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In a Nutshell: Servant Leadership

While the idea behind servant leadership is not new and can be found in writings that date back thousands of years, the term “servant leadership” itself was coined by Robert K. Greenleaf (1904–1990) in “The Servant as Leader,” an essay he first published in 1970.

The impetus for the essay stemmed from concerns over the centralisation of power in organisational hierarchies, which were "often large, complex, powerful, impersonal; not always competent; sometimes corrupt." Greenleaf believed that “caring for persons, the more able and the less able serving each other, is the rock upon which a good society is built."

The essay was later expanded into the book "Servant Leadership: A Journey into the Nature of Legitimate Power and Greatness" (1977), which became one of the most influential leadership texts ever written. The phrase has since been used by a number of different writers and leadership consultants. Some other popular titles on the topic by other authors include: “The Servant” by James C. Hunter, “Servant Leader” by Ken Blanchard, and “The Servant Leader” by James A. Autry.

The original idea for servant leadership came to Greenleaf upon reading of the short novel “Journey to the East” by Hermann Hesse. The story centres on a man who becomes a member of a special group called “The League.” A small group from this association decide to travel together on a pilgrimage to the “East.” While on this journey they meet Leo, a simple servant who performs menial chores and buoys their spirits along the way. While travelling through a deep mountain gorge, Leo disappears and the group cohesion starts to break down soon after due to bickering and arguments, which result in the group disbanding. Years later, one of the men sets out to find Leo only to discover that Leo, the simple servant, is actually the secret leader of “The League” and the journey the group had set out on was a test, one that his group had failed due to internal division.


In “Servant Leadership” (1977), Greenleaf states: “The servant-leader is servant first—as Leo was portrayed. It begins with the natural feeling that one wants to serve, to serve first. Then conscious choice brings one to aspire to lead. That person is sharply different from one who is leader first, perhaps because of the need to assuage an unusual power drive or to acquire material possessions.”

The Robert K. Greenleaf Center for Servant Leadership describes the philosophy as follows: “A servant-leader focuses primarily on the growth and well-being of people and the communities to which they belong. While traditional leadership generally involves the accumulation and exercise of power by one at the ‘top of the pyramid,’ servant leadership is different. The servant-leader shares power, puts the needs of others first, and helps people develop and perform as highly as possible.”

Dr. Kent M. Keith, CEO of the Greenleaf Centre for Servant Leadership Asia, adds an important distinction: “Greenleaf described a philosophy, not a theory… If there is a single characteristic of the servant-leader that stands out in Greenleaf's essay, it is the desire to serve.”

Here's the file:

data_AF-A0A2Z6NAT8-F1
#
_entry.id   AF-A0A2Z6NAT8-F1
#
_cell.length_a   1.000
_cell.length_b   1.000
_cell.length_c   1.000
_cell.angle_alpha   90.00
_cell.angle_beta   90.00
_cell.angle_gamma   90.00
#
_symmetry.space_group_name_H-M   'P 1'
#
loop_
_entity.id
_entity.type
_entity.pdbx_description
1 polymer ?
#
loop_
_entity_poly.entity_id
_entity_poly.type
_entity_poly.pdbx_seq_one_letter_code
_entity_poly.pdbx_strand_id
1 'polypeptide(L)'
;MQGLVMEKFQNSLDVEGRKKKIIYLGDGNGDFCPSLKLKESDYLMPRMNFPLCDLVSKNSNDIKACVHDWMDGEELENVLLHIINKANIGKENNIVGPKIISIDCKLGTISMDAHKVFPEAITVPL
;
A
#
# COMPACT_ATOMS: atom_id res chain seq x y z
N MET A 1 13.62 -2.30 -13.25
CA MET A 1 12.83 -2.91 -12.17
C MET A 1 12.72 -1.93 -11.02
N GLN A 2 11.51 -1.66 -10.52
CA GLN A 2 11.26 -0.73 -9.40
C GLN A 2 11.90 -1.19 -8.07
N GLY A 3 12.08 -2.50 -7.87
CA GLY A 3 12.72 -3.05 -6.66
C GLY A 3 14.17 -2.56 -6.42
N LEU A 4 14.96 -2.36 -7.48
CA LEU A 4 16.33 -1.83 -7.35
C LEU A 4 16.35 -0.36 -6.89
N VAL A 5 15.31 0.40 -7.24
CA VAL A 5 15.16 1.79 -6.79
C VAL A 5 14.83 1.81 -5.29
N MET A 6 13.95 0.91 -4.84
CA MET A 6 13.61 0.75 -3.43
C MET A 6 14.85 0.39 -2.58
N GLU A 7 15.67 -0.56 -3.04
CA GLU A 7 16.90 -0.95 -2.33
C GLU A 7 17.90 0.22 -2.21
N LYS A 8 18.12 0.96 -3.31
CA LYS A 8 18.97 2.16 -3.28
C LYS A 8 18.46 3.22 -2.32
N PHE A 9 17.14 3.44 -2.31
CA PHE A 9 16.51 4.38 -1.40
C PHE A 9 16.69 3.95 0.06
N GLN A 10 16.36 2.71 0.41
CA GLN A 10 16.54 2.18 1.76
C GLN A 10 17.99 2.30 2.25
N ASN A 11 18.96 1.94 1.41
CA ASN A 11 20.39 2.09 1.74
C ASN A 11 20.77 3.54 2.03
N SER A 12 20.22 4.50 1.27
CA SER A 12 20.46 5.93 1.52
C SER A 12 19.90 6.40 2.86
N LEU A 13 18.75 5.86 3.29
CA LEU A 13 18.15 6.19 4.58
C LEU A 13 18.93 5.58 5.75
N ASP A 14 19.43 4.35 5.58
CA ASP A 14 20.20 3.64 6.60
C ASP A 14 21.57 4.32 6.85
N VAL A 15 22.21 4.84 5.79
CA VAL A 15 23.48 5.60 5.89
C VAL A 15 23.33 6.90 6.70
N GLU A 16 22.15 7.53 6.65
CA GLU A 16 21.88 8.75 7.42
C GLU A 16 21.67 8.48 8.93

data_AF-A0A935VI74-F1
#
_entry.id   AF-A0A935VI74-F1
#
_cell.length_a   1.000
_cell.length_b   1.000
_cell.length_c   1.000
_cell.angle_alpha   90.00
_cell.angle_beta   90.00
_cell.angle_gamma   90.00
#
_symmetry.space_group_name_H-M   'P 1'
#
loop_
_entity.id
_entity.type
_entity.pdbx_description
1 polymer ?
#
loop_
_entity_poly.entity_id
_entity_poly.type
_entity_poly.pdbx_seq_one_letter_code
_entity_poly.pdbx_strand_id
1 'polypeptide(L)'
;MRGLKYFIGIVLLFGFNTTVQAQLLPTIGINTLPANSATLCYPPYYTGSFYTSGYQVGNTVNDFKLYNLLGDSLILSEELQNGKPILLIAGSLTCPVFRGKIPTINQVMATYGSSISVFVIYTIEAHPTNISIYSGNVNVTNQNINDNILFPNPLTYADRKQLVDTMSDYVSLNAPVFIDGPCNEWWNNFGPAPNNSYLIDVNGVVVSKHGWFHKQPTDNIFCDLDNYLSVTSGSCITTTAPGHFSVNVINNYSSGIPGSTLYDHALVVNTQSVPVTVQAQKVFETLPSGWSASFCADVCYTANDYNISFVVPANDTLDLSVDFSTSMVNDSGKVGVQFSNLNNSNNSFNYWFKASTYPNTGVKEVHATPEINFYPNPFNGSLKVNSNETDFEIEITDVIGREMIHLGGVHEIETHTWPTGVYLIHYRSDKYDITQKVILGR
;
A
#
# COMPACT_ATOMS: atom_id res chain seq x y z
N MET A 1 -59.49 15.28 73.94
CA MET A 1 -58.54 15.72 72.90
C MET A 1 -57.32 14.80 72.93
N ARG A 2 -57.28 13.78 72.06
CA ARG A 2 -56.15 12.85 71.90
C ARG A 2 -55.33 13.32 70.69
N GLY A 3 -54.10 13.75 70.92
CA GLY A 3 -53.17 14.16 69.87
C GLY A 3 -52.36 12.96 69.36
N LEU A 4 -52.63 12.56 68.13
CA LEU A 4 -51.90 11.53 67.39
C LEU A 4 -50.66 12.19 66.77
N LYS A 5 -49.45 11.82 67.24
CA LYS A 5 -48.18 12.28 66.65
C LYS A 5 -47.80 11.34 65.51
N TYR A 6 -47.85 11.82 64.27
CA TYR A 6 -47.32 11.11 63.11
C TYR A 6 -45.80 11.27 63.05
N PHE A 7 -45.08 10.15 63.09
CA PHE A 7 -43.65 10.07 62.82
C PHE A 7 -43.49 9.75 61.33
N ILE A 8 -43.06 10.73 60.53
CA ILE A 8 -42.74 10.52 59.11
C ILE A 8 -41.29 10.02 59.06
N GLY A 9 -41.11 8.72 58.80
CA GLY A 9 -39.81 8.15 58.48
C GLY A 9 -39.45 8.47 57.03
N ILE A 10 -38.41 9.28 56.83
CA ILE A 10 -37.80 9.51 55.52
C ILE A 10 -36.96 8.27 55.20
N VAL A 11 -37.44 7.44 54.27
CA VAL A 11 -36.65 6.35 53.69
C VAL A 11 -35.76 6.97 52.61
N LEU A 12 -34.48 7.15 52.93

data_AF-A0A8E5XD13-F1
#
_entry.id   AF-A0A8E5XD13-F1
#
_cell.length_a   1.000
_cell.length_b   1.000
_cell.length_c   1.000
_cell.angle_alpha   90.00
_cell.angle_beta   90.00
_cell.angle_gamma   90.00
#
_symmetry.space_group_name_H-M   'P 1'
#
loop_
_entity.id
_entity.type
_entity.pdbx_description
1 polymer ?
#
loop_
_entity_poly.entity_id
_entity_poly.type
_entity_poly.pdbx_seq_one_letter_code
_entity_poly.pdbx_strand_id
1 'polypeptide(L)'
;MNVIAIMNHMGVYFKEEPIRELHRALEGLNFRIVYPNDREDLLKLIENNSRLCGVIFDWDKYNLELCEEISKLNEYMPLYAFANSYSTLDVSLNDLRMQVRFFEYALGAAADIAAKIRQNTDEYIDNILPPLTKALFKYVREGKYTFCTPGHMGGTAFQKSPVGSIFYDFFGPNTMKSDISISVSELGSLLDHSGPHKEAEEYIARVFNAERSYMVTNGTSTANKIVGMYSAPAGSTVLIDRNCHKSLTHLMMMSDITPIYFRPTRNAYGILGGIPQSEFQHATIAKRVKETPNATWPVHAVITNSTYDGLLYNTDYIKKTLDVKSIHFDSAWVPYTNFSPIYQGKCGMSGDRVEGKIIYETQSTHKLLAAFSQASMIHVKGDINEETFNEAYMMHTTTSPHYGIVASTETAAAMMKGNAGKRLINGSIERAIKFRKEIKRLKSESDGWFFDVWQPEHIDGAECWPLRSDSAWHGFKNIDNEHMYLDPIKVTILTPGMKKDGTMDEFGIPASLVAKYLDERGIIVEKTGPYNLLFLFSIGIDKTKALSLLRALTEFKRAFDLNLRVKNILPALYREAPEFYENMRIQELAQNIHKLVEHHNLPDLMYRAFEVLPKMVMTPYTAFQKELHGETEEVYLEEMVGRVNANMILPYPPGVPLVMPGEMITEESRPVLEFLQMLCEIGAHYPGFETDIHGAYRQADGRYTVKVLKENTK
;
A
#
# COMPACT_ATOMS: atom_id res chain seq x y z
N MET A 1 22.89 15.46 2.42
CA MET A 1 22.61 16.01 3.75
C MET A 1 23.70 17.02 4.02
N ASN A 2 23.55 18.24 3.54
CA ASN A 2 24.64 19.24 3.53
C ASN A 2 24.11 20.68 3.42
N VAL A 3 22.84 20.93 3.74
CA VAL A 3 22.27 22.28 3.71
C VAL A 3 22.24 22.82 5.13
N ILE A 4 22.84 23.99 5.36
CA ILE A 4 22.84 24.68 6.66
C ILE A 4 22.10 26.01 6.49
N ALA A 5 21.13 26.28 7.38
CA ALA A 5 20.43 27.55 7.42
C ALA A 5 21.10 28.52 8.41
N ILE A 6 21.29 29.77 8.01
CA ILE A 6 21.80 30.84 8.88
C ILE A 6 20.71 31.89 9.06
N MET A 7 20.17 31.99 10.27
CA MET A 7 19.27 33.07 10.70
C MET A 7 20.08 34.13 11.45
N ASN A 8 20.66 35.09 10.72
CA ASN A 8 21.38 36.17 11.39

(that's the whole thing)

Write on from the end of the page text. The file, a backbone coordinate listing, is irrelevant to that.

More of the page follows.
Additional characteristics used to describe servant leaders often include compassion, empathy, behaving ethically, having integrity, humility, authenticity, a willingness to share power and empower others, as well as a wider sense of community and the greater good.

Some famous examples of servant leaders include:

  • Abraham Lincoln
  • Florence Nightingale
  • Gandhi
  • Nelson Mandela
  • Martin Luther King

In a business context, servant leadership is expressed through the drive to help others grow and develop to their full potential. Greenleaf contrasts this idea with the traditional notions of leadership, such as an autocratic leader who is focused on maintaining power, directing others, and using coercion, which can sometimes be overt; other times subtle and hard to detect, but almost always has the definite absence of any genuine desire to help others.

The highest priority of a servant leader is to encourage, support, and enable team members to unfold their abilities and full potential. In this way, the image of a coach is probably most symbolic of the overall philosophy.

How does one know if they are acting as a servant leader? Greenleaf believes that “The best test, and difficult to administer, is this: Do those served grow as persons?”


  • Servant Leadership (1977), Robert K. Greenleaf
  • Definition of Servant Leadership (
  • Robert K. Greenleaf Center for Servant-Leadership (
  • Greenleaf Centre for Servant Leadership-Asia (
  • Robert K. Greenleaf - Wikipedia
  • Servant leadership - Wikipedia
  • Servant Leadership Definition - Investopedia
  • The Servant as Leader, Robert K. Greenleaf, 1970
  • How to Become a Servant Leader, Inc., Josh Spiro, 2010
  • Why Isn’t ‘Servant Leadership’ More Prevalent?, Forbes, Jim Heskett, 2009
  • Servant leadership: A path to high performance, Washington Post, Edward D. Hess, 2013
  • The Understanding and Practice of Servant-Leadership, Regent University, Larry C. Spears, 2005
  • Leadership Theories (

This article offers an expanded description of the summary listed in our post 40 Must-Know HR, OD, L&D Models.

Theo Winter

Theo Winter

Client Services Manager, Writer & Researcher. Theo is one of the youngest professionals in the world to earn an accreditation in TTI Success Insight's suite of psychometric assessments. For more than a decade, he worked with hundreds of HR, L&D and OD professionals and consultants to improve engagement, performance and emotional intelligence of leaders and their teams. He authored the book "40 Must-Know Business Models for People Leaders."

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